Culture shock is defined as a lack of direction, feeling of not knowing what to do or how to do things, and not knowing what is appropriate or inappropriate in a new environment. The feeling of culture shock generally sets in after the first few weeks of arriving at a new place. Symptoms of culture shock include:

  • Comparisons and unwarranted criticism of the new culture and people
  • Constant complaints about the climate
  • Heightened irritability
  • Preoccupation with returning home
  • Continuous excuses for staying indoors
  • Utopian ideas about one’s previous culture
  • Continuous concern about the purity of water and food
  • Refusal to learn the language
  • Preoccupation about being robbed or cheated
  • Pressing desire to talk with people who “really make sense”

Dealing With Culture Shock

These are a few strategies to cope with the stress of culture shock. Remember, these are easier said than done, so students will really need to push themselves to act on the following:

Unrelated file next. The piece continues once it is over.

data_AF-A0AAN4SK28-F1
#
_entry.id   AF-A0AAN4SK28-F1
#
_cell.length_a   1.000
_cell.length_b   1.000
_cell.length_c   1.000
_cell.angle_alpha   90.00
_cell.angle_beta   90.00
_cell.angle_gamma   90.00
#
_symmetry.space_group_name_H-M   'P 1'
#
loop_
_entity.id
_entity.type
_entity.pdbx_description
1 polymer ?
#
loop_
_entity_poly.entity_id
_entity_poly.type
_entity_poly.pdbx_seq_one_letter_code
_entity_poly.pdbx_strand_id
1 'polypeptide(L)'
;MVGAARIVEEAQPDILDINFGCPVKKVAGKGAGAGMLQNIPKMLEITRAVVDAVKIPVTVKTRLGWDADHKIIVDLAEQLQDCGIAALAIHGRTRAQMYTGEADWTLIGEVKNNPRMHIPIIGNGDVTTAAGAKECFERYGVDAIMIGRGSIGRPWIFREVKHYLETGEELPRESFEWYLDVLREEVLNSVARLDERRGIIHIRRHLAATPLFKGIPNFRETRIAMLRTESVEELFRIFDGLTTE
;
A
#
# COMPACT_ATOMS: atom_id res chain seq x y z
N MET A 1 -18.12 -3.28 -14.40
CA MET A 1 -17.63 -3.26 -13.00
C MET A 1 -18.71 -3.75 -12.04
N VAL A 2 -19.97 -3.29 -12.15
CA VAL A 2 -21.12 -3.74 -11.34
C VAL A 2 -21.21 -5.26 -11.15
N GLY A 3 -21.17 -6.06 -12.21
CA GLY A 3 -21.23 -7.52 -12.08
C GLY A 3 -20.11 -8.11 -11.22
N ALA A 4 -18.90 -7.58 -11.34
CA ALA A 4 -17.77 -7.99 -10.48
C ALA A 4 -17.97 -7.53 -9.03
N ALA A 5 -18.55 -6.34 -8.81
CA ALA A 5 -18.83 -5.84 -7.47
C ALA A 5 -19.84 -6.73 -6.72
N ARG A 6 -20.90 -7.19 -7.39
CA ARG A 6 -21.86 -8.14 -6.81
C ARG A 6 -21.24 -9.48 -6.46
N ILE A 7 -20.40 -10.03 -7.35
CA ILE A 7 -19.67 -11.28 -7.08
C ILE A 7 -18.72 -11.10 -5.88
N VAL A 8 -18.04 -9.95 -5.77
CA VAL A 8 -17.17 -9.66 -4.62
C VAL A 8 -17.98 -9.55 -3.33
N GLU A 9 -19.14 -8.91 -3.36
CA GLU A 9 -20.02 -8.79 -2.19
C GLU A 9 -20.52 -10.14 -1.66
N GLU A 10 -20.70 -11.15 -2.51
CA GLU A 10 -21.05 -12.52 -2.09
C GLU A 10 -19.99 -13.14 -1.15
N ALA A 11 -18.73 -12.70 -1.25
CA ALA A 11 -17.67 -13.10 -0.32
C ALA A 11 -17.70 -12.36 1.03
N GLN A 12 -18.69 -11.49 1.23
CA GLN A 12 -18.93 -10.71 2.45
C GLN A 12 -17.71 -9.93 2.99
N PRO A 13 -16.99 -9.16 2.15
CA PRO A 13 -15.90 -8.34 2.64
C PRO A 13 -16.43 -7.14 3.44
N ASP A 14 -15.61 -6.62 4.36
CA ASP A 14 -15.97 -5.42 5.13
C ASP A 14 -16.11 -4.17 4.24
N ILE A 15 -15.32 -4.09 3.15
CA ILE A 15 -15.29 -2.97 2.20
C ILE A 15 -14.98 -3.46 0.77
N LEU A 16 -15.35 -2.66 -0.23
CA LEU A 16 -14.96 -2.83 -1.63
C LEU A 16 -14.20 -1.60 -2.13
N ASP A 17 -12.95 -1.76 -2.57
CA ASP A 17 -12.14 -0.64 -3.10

• Realize that this is a normal process
  • Don’t be quick to judge and keep an open mind
  • Set some personal goals and evaluate your progress
  • Get involved in activities or find a hobby
  • Talk to your Site Staff– they can help!
  • Make an appointment to see an on-site mental health professional
  • Ask questions
  • Exercise
  • Be patient and don’t compare
  • Don’t take yourself too seriously
  • Treat yourself to your must-haves from a specialty market
  • Allow yourself to feel sad about the things that you have left behind, such as your family and friends
  • Find ways to live with the things that don’t completely satisfy you

Reverse Culture Shock

Not only may students experience culture shock while living in a foreign country, but they may also encounter reverse culture shock, which occurs when students return to their home country after being away for an extended period of time. Symptoms of reverse culture shock resemble those of culture shock.